In the past the descriptions of the usual relationship of the heart and its valves to the chest wall, in the works on anatomy, have been based upon dissections. These have been supplemented in some cases by the insertion of needles in order that the relationship between the surface and the deeper structures might be retained. That this method was not accurate is evidenced by the great variations in the location, for example, of the heart and its valves, as reported by different anatomists.
For example, Gray1 gives the following description of the heart:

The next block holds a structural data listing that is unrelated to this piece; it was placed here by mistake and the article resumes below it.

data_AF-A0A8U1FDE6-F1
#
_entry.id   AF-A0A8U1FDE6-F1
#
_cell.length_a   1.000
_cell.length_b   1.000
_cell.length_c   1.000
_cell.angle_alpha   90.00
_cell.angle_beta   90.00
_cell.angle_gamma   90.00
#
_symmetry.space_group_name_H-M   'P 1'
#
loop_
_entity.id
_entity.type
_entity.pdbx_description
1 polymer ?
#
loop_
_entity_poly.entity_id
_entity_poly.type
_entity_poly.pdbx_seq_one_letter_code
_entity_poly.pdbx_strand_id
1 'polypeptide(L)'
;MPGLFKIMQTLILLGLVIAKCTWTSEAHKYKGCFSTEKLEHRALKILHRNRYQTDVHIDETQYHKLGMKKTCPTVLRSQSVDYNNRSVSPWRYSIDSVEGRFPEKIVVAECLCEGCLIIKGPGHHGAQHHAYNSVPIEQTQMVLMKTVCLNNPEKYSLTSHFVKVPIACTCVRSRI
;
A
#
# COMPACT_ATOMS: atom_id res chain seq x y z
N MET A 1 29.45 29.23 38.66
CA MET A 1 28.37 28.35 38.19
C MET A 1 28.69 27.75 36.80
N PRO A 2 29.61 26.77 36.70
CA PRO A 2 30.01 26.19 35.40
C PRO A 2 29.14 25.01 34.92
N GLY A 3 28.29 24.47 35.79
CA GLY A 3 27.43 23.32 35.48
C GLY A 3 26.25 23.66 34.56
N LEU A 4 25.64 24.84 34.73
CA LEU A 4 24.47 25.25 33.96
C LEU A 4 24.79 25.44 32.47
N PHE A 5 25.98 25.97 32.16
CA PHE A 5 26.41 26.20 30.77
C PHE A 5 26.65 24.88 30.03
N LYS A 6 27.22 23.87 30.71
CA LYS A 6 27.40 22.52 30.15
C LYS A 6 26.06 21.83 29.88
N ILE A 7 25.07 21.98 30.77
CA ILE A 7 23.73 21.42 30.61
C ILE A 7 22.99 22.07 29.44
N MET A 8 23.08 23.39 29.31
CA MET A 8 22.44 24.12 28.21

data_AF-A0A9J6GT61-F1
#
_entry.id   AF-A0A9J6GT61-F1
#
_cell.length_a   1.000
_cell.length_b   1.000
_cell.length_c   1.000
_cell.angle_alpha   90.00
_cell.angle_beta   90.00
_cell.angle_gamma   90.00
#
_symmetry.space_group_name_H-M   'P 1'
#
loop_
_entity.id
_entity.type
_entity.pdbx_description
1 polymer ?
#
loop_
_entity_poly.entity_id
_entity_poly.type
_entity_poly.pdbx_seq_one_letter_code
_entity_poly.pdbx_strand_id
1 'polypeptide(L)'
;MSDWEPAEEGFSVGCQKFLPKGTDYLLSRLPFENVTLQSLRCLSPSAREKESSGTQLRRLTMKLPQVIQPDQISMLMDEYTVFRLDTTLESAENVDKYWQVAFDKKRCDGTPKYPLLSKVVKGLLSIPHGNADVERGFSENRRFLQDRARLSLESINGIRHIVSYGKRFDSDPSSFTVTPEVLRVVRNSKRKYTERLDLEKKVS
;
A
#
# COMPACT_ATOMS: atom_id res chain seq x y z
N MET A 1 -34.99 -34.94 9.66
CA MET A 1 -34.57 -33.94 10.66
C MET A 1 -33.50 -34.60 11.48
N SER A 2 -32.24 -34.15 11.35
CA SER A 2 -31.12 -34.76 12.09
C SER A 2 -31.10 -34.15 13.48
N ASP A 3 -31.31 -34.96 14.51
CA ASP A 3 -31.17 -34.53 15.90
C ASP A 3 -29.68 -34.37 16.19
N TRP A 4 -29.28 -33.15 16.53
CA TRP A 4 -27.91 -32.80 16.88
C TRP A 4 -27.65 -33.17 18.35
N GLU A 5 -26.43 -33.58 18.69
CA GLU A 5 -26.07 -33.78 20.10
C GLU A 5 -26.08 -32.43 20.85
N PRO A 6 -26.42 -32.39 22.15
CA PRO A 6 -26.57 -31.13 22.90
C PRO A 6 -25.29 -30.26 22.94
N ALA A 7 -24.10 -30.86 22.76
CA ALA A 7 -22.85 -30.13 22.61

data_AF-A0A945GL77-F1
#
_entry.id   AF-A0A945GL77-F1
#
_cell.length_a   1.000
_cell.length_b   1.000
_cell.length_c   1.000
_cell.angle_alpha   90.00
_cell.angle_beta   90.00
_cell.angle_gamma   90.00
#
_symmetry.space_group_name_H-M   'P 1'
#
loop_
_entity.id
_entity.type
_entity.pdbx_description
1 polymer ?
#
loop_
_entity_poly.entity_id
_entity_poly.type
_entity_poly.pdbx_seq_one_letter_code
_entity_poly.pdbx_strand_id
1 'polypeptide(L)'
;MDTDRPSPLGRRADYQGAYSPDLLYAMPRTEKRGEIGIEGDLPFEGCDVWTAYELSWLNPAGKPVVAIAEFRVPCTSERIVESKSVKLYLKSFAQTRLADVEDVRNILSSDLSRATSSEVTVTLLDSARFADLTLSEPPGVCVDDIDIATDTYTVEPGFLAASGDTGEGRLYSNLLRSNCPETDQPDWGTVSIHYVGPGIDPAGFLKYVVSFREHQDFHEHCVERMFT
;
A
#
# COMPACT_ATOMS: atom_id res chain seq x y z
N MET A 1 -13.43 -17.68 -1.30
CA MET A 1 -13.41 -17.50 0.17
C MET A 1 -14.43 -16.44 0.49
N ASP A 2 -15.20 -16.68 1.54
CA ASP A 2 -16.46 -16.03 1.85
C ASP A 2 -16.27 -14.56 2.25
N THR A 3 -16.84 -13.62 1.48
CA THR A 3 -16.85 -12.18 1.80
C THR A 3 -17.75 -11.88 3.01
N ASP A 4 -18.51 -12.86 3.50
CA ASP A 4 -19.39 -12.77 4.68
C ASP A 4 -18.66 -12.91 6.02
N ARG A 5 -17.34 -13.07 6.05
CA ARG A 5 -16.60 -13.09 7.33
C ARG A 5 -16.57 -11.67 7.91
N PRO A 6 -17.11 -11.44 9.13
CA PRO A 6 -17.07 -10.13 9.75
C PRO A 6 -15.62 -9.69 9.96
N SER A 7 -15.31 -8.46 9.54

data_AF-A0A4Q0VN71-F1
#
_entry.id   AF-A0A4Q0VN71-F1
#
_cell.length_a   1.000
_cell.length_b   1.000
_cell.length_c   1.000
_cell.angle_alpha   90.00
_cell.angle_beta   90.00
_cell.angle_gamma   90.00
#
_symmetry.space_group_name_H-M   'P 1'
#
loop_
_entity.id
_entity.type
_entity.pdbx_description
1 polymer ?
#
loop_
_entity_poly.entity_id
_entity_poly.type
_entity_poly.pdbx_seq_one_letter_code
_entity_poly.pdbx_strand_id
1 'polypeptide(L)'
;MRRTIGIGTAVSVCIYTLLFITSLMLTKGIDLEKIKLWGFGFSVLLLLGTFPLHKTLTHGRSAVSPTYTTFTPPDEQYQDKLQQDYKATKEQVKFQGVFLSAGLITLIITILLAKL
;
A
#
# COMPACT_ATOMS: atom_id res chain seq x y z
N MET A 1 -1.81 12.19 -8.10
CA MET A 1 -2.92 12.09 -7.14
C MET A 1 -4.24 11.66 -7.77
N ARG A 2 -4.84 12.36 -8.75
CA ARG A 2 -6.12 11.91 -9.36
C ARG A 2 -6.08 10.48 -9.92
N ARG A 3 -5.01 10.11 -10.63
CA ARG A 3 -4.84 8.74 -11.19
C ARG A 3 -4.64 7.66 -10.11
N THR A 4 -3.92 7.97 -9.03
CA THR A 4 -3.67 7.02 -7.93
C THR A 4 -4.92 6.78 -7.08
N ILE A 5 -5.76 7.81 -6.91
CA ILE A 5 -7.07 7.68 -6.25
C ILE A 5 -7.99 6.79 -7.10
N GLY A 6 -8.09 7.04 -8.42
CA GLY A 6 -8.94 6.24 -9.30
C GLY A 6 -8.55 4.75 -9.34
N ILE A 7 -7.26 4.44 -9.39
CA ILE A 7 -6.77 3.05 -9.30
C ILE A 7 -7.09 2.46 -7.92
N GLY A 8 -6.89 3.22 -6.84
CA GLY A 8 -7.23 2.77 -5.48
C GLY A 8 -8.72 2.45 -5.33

The base looks upward, backward and to the right and is separated from the fifth, sixth, seventh and eighth thoracic vertebrae by the pericardium, esophagus, aorta and thoracic duct.
The apex formed by the left ventricle is directed downward, forward and to the left, and is overlapped by the left lung and pleura; it lies